After my daughter was diagnosed as Gifted I still didn’t know what to think. Okay, well “gifted” — that sounds good, right? I had my 2 minutes of “Whew! What a relief!” But, just like a mother with an autistic child, or an ADD /ADHD child, I still didn’t know what to do and it really wasn’t okay. I had been desperately trying to find out what was “wrong” with my child and now I had a label. Now I wanted to know how I could help. How could I keep her from getting in trouble at school due to boredom? How could I keep her challenged?
Along with “gifted” came a whole slew of other things that I mentioned to our Behavioral Pediatrician including my daughter’s immaturity, her super-sensitive personality, her Obsessive-compulsive tendencies, her anger and meltdowns. I remember that the doctor smiled kindly and nodded as I spouted off all of these things. Apparently these behaviors are all “normal” for a gifted child. So, he set us free with a diagnosis of “gifted” and told us that she would always be one step ahead of us. The only other advice he offered was for us to sign her up for a non-academic activity with her peers to help with social development. He said to contact him if we needed any more of his services.
Well, I was relieved in a way, because I have to admit I didn’t really want to keep paying for more services, but I guess my husband and I were really looking for a quick fix. (Aren’t we all looking for a quick fix?) Well, I have found that it just doesn’t exist. My daughter continued to have meltdowns and 3rd grade brought more social issues. I remember saying to my husband one evening after an exceptionally hard day with her, “Why can’t we have a normal child?!?”
The next day, I began researching on the internet, picked up a few more books and talked to lots of people. My best advice is to take it one day at a time. I have learned that I must be my child’s advocate. I need to be there for her and help her through the moments when she melts down, or has problems with peers or teachers at school. She needs me. I also had to accept that some people weren’t going to like my daughter. People would get frustrated with her and she would be misunderstood. I have learned to have a more open relationship with her and how to more effectively communicate with her. I actively listen to her talk about what she is feeling and why she reacts so severely sometimes. I work with her on role playing, making eye contact, and how to tell people how you feel without sounding angry and frustrated with them. I have accepted that sometimes her behavior embarrasses me. I honestly believe her when she says, “I can’t help it!” I sincerely see her remorse after she has overreacted; she has so much empathy for those around her.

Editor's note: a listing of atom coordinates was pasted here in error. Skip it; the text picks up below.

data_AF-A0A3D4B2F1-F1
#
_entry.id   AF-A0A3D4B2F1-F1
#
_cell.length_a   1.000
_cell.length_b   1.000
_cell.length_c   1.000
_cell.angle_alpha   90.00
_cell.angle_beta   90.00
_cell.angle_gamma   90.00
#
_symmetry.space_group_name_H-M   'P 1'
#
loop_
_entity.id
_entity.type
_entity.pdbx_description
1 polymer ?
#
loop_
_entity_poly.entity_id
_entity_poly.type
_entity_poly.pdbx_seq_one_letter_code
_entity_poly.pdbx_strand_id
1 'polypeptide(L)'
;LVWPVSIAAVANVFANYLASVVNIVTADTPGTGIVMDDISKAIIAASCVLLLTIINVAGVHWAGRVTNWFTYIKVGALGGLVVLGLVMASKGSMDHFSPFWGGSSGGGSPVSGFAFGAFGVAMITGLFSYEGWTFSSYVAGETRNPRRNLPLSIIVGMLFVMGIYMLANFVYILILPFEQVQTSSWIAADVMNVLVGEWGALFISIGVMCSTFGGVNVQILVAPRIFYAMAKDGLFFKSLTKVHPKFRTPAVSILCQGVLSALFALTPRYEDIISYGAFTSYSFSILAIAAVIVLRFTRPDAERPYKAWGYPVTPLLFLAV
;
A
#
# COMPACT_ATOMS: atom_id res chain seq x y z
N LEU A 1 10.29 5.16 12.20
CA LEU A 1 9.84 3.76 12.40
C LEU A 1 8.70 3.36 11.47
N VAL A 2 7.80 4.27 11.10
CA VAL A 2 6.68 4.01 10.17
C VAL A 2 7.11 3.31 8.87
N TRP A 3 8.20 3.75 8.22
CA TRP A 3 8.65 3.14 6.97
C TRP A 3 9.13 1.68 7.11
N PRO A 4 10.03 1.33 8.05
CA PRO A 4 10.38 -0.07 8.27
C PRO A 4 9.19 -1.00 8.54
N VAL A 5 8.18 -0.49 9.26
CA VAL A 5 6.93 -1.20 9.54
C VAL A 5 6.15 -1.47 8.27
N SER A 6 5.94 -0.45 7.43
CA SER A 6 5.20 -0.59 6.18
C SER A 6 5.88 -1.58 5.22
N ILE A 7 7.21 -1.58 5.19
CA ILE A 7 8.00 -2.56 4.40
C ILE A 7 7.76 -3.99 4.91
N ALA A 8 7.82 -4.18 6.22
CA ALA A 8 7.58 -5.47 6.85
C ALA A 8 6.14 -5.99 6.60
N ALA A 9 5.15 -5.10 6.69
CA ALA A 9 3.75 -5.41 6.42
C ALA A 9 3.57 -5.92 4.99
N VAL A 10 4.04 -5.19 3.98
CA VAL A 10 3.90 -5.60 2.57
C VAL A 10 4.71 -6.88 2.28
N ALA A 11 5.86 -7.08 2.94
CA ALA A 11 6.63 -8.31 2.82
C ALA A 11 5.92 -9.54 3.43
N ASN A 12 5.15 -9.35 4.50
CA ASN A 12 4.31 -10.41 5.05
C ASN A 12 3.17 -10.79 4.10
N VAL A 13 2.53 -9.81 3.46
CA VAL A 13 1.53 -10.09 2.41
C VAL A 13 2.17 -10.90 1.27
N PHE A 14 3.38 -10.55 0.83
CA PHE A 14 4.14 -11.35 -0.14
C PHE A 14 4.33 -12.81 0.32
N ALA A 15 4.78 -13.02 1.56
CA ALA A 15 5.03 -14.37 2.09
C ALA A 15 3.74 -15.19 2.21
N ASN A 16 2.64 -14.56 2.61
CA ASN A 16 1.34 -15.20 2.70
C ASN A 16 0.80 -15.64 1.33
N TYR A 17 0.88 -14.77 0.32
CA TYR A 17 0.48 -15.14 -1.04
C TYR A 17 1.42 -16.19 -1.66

We definitely still have moments, and they sometimes last more than a moment. However, I characterize it as a line graph… it may dip down from time to time, but gradually we’re seeing upward improvements. She has definitely changed my life and opened my mind. I have learned about her, accepted her and I discipline her as is appropriate. I love my “gifted” child, and I know that she is going to be okay.